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Every year the TSS Earnslaw is winched out of Lake Wakatipu on to a slipway on Kelvin Peninsula for routine maintenance. Queenstown reporter Josh Walton caught up with the team in charge of this year’s five-week survey to talk about the historic steamship, its new features and how it is constantly evolving.
A team of more than 20 contractors and engineers are halfway through a challenging maintenance project to make a famous 105-year-old vessel shipshape.
The TSS Earnslaw was winched out of Lake Wakatipu on to its Kelvin Peninsula slipway at the beginning of this month for her annual survey, which is expected to be completed in just over two weeks.
The team includes electricians, welders, plumbers, engineers and painters, who have travelled to the slipway from around the country to help service the historic steamship.
To winch the 400-tonne ship up the slipway, the crew put the cradle in the water, before captain Peter Greer ensured the ship was lined up correctly and ready to enter the slipway. The old steam boiler and engine from the original Paddle Steamer Antrim are still used to winch the 105-year-old ship from the lake.The dated engine, which was taken from the Antrim in 1922, is being re-certified as part of the ship’s annual survey.
Chief engineer Peter Dorrington said: "The main challenge is the short time we can allow the vessel not to be in operation and the large amount of work we have to do in that time.
"Once you get into the work, you find it is more complex.
"We always think on a long-term basis. A lot of what we do is part of a jigsaw puzzle that lasts decades."
While the Earnslaw is out of action for the five-week maintenance project, visitors are being taken to Walter Peak on the Fiordlander boat instead.
Real Journeys operates one-and-a-half-hour cruises on board the Earnslaw across the picturesque lake, offering visitors the chance to see Queenstown’s beautiful surroundings from the water.
The ship is being kitted out with new generators, tanks to hold its wastewater, pumping systems and new lifeboats.
Her engines are being rebuilt after being stripped down by the team, and the boiler is being revamped and serviced to make sure it is up to scratch for the next year.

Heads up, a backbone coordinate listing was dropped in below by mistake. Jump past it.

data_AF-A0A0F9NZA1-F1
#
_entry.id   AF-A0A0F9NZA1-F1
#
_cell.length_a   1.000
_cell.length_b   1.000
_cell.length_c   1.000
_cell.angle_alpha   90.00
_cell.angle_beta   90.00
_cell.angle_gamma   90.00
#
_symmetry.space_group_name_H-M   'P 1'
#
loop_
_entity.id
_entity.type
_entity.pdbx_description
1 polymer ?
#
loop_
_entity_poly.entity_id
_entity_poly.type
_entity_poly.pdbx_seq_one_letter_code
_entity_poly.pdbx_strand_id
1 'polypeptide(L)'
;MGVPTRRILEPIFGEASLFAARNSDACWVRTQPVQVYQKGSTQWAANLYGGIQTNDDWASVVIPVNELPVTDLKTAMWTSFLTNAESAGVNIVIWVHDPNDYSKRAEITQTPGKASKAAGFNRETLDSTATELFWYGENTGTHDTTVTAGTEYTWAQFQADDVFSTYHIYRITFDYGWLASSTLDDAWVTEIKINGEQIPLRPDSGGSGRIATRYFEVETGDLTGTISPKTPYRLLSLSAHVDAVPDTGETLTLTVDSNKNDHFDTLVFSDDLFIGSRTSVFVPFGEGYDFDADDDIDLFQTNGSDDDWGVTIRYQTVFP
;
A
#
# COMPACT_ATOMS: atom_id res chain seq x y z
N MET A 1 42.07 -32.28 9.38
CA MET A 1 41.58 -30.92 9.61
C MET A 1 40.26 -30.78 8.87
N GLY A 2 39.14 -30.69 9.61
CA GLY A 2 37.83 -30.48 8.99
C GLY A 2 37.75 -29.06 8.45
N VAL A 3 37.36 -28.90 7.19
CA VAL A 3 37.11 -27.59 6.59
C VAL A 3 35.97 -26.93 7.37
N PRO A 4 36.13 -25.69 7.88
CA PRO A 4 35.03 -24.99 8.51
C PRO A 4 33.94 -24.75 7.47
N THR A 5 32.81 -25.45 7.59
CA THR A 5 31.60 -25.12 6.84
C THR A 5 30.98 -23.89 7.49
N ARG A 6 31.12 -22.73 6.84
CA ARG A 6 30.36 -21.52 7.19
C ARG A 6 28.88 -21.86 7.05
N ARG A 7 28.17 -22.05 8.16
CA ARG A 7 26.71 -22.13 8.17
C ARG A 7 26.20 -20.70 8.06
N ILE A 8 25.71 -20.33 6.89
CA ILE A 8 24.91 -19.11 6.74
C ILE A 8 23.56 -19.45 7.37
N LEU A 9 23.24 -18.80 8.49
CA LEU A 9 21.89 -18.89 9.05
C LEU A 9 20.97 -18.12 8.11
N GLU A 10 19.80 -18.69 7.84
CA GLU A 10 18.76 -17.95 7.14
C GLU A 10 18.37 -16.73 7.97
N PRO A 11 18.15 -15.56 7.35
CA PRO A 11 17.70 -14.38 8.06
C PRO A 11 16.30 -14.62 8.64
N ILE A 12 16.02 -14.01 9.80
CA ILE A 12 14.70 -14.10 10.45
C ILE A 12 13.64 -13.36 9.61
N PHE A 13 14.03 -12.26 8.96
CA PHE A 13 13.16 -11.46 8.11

One of the major new additions to the coal-fired ship will be a cafe located on the promenade deck. The deck once had a canvas roof and no windows. On occasion, it was even used to hold livestock such as sheep.
Foreman supervisor Malcolm Butler said the installation of the new cafe/bar would be a welcome addition to the ship.
"The floor has been a challenge with the different canvas to sort out. There are no straight lines to follow.
"Everything is curved and up and down, especially with a 100-plus year-old deck.
"It is going to be a lot more user-friendly and a lot better than the last one."
Corroded steel is replaced during the survey period and routine maintenance work is carried out on the ship’s hull.
Real Journeys’ asset and engineering manager Chris Fleck said the ship’s lifespan was "unlimited" as long as the team monitors levels of corrosion and ensures the engine and boiler are in good order.
"It’s not like a vessel in the sea, where it is continuously pounded by waves, so we are fairly fortunate.
"The ship goes through an evolution. But one of the things we have to be really conscious of is not changing its historical significance."
He said this was the first time the team had been able to use 3-D mapping technology to help with the process of planning and designing new features.
Mr Fleck said they did not publicise the day the vessel is winched out of the lake, but about 25 enthusiasts turned up to watch the spectacle.
It will be put back in the water for a trial run once the work is complete and the team will check everything is in working order.
The ship will then be signed-off, ready to ply the lake for another year.
Paul Norris, director of operations at Real Journeys, said it was "fantastic to see what the boat has done last summer" and the level of planning that goes into the maintenance work.
"It gives you a lot of confidence and pride that when the boat is back in the water she will be fit for purpose and ready to go for another 12 months.
"It is a vessel that the company has a lot of passion and pride in. It is so important — not only for our company but for New Zealand tourism."
The maintenance team is usually taken for a short trip to check the changes they made before the ship is ready for tourists again.
During its time on the water, the Earnslaw has carried many well-known passengers, including Queen Elizabeth and Prince Philip.
It is expected to be back in action for guests to enjoy a cruise across Lake Wakatipu on July 9.